More Tools of the Trade

So the other day you met Alphonse.  He’s quite dapper, and makes a perfect house guest. Today I’m showing off some truly funky sock blockers.

Now you know we’ve got some big feet in this house.  I wear a ladies’ size 11, and The Boy wears a men’s size 13.  These are big feet.  I decline to feel bad about this, as the size of a person’s feet is more or less out of their control.  The only thing I felt bad about was the difficulty in vigorously blocking socks in these sizes.  I had a pair of wire blockers in what they called extra large.  They more or less worked for most of my socks, but they didn’t really make much of a dent in The Boy’s socks.  Enter these guys:

My parents found them at an antique store, so alas I can’t tell you where to find your own.  They are labeled with the number 11.  I have no idea how, or even if, this correlates with a current shoe size.  They are just a bit big for my socks and the perfect size for The Boy’s.  I’m completely taken with the pointy toes.

And yes, in case you’re wondering, this parade of tools is a way of hiding that my knitting isn’t terribly earth shattering at the moment.  The louche socks are taller.  The secret socks are taller.  The pile of swatches for cough book two cough is growing.  With any luck at all, the pattern for truckle should be out early next week.

Have any of you guys used ‘antique’ knitting tools or put non-knitting supplies to work for you on the dark woolly side?

Take Two

The green mitt from the other day was destined for a rip.  It was just a wee bit too baggy, and I wanted the lace a the cuff to be a bit deeper.  I went down a needle size, which snugged the mitt up just enough.  I also added one more lace row to the cuff, which worked much better with the cowl.  I’m pleased to report that I didn’t repeat the blocking mistakes I made on the cowl.  I knew that the secret to maintaining the all important curled edge was to put the pins a few rows in, not all the way on the edge.  I sort of hate pins though, so I improvised using my mitt blockers and some little dpns.  A few small spring clamps from the hardware store completed the process.  It looked a bit silly, but worked perfectly.

The mitts and the cowl are up for testing on ravelry now, if anyone is interested.

Remember, today is the last day to enter to win the Dream in Color Everlasting yarn.  Just go back to the February 5 post for details.

Knit Along Patterns

The official thread for the February knit along is up on Ravelry.  The individual patterns for these two socks are also now available on Ravelry, in case you prefer to get the patterns one by one.  Some time between now and the start of February, Shannon and I will come up with official rules and post them in the group.  For now, the general idea is: cast on after it gets to be February, finish a pair by the end of March, be entered to win prizes.  Use whatever yarn you like, use whatever color you like, make whichever sock you like, make whatever changes you need for fit.  Something more official will be coming soon, but we’re not going to go crazy with rules!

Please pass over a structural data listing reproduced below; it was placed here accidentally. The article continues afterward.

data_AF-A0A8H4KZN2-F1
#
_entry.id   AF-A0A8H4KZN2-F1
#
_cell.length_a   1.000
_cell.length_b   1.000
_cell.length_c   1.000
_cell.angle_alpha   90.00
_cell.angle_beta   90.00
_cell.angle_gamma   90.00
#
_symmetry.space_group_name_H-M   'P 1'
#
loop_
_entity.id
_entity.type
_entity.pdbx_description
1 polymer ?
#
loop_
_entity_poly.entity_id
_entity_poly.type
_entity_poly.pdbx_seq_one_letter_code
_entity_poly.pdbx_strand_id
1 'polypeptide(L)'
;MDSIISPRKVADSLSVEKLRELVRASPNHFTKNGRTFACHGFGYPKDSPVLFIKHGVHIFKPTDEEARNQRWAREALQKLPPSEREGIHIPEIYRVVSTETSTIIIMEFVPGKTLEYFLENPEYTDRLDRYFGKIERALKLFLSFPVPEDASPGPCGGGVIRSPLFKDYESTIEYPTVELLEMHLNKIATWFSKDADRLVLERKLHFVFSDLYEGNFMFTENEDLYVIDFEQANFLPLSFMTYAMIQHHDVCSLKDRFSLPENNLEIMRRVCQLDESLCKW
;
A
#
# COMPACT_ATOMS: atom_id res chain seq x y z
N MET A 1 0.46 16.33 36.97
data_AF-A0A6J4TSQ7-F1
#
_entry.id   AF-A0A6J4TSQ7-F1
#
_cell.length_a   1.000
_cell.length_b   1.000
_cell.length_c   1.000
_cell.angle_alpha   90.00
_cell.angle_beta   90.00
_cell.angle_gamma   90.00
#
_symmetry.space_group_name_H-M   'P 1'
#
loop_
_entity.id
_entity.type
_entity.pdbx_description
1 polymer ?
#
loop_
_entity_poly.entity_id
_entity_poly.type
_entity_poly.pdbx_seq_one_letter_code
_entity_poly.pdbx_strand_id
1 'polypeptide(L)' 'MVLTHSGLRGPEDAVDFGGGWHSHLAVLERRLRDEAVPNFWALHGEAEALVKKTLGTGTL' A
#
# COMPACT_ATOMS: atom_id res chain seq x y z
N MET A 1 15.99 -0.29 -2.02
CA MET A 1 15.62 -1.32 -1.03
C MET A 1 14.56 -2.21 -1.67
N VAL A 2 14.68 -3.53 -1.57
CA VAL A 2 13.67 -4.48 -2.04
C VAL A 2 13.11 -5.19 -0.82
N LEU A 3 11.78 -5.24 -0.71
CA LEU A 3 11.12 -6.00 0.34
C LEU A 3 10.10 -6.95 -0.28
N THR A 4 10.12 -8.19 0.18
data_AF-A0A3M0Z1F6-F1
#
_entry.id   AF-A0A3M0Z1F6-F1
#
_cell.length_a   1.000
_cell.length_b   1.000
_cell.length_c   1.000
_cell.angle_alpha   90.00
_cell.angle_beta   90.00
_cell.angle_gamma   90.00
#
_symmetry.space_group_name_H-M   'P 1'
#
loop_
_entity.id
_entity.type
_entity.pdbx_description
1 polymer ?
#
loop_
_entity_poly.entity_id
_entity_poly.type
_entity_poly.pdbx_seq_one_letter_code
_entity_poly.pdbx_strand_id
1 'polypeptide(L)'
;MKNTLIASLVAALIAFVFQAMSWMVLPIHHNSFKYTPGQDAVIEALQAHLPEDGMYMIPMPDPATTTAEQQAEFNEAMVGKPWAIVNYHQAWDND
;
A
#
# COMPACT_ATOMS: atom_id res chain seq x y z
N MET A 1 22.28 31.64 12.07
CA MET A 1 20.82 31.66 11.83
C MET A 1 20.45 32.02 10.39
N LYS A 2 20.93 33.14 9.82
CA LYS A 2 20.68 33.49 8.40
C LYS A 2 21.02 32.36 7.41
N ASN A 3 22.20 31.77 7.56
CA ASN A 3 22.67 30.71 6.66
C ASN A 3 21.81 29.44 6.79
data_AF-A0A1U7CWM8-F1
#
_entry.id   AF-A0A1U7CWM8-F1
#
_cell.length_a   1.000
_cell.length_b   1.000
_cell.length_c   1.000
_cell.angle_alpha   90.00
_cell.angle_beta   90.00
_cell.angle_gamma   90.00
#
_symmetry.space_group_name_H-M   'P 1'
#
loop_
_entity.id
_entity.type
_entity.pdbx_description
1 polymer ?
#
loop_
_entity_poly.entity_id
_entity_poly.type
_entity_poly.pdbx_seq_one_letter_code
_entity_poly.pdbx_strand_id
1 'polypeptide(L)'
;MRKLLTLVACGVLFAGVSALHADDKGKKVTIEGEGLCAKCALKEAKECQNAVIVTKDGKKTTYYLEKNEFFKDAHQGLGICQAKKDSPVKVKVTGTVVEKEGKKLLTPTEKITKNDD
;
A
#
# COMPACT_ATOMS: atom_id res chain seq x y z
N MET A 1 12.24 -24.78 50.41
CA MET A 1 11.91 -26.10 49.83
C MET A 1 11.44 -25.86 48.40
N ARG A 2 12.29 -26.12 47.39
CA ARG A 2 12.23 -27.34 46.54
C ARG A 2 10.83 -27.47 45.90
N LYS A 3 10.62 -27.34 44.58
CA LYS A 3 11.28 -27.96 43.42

Oh, and because I know someone will ask, the sock blockers are from The Loopy Ewe and they are made of awesome!

Snippets

I had a really annoying amount of yarn left when I finished the Rochester hat.  It was too much to just toss in the scraps basket (used to be a jar, then it was a vase, now it’s moved onto large basket status…something may soon have to be done about that), but it wasn’t nearly enough for another hat.  I didn’t have another skein (it’s Aslan Trends Bariloche in Tango Reds).  I had added it to a Webs order to bring my total up to the magical free shipping/nice shiny discount level.  It was purchased on a whim, and I didn’t want more enough to make a special order just for it.  My local yarn store didn’t have any on hand.

I decided to just wing it.  What I really wanted was wrist warmers, but I knew whatever I made would have to be small.  I have an unreasonable fondness for wrist warmers.  They actually seem to keep me warmer (no idea how, as they’re just little scraps of fabric, but they do).  I divided the yarn in half.  A moment’s work with the scale and calculator suggested that I had about 30 yards for each one.  I know that my head is about 3 times as big around as my wrist, so I cast on 1/3 as many stitches as I used for the hat, and went to town.  An hour later I had a tiny but unreasonably amusing little wrist warmer. It’s only about 4 inches high, but I’m completely smitten.  The little leaf leaning off toward my thumb fills me with glee.  I had all of a yard of yarn left when I was done, which is also marvelously satisfying.  I’ll likely be making the other tonight.  It might be the best thing thing I’ve ever done with 30 yards of yarn.

And you may note I took the lazy (or is that cold) way out when it came time for this photo.  I tried going outside, but quickly decided that was a terrible mistake.  Instead I opened the window and leaned way out.  It’s a compromise between getting decent light and not getting frostbite.  And because someone will likely ask, the mitt is on the marvelous blocker made by the multi-talented Lizzy.  If you make mitts or mittens you owe it to yourself to get a set.  They’re as useful as they are lovely.